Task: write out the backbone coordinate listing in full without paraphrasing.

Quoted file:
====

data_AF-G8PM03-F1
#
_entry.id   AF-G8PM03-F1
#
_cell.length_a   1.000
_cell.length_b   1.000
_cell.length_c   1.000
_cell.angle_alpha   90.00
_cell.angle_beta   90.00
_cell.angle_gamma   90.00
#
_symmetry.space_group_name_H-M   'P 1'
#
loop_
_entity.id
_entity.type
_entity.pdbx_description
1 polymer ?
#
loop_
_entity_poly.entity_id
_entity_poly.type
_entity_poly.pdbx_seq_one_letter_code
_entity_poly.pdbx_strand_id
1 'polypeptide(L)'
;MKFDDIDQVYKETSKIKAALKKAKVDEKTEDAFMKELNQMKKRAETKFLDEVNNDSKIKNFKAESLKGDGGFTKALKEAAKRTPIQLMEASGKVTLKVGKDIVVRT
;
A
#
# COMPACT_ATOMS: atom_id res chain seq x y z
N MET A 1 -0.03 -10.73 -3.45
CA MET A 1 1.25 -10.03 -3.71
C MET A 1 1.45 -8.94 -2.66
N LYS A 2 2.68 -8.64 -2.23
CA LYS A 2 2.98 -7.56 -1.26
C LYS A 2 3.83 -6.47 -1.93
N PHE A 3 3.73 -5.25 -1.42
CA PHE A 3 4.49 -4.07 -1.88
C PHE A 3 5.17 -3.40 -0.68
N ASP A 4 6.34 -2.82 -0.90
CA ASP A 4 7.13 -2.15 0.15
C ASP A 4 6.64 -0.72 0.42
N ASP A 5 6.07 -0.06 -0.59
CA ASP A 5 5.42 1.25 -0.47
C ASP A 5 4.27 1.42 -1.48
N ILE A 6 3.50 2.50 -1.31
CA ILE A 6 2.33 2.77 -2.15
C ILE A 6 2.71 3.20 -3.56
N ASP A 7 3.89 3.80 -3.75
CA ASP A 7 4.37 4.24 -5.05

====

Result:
data_AF-G8PM03-F1
#
_entry.id   AF-G8PM03-F1
#
_cell.length_a   1.000
_cell.length_b   1.000
_cell.length_c   1.000
_cell.angle_alpha   90.00
_cell.angle_beta   90.00
_cell.angle_gamma   90.00
#
_symmetry.space_group_name_H-M   'P 1'
#
loop_
_entity.id
_entity.type
_entity.pdbx_description
1 polymer ?
#
loop_
_entity_poly.entity_id
_entity_poly.type
_entity_poly.pdbx_seq_one_letter_code
_entity_poly.pdbx_strand_id
1 'polypeptide(L)'
;MKFDDIDQVYKETSKIKAALKKAKVDEKTEDAFMKELNQMKKRAETKFLDEVNNDSKIKNFKAESLKGDGGFTKALKEAAKRTPIQLMEASGKVTLKVGKDIVVRT
;
A
#
# COMPACT_ATOMS: atom_id res chain seq x y z
N MET A 1 -0.03 -10.73 -3.45
CA MET A 1 1.25 -10.03 -3.71
C MET A 1 1.45 -8.94 -2.66
N LYS A 2 2.68 -8.64 -2.23
CA LYS A 2 2.98 -7.56 -1.26
C LYS A 2 3.83 -6.47 -1.93
N PHE A 3 3.73 -5.25 -1.42
CA PHE A 3 4.49 -4.07 -1.88
C PHE A 3 5.17 -3.40 -0.68
N ASP A 4 6.34 -2.82 -0.90
CA ASP A 4 7.13 -2.15 0.15
C ASP A 4 6.64 -0.72 0.42
N ASP A 5 6.07 -0.06 -0.59
CA ASP A 5 5.42 1.25 -0.47
C ASP A 5 4.27 1.42 -1.48
N ILE A 6 3.50 2.50 -1.31
CA ILE A 6 2.33 2.77 -2.15
C ILE A 6 2.71 3.20 -3.56
N ASP A 7 3.89 3.80 -3.75
CA ASP A 7 4.37 4.24 -5.05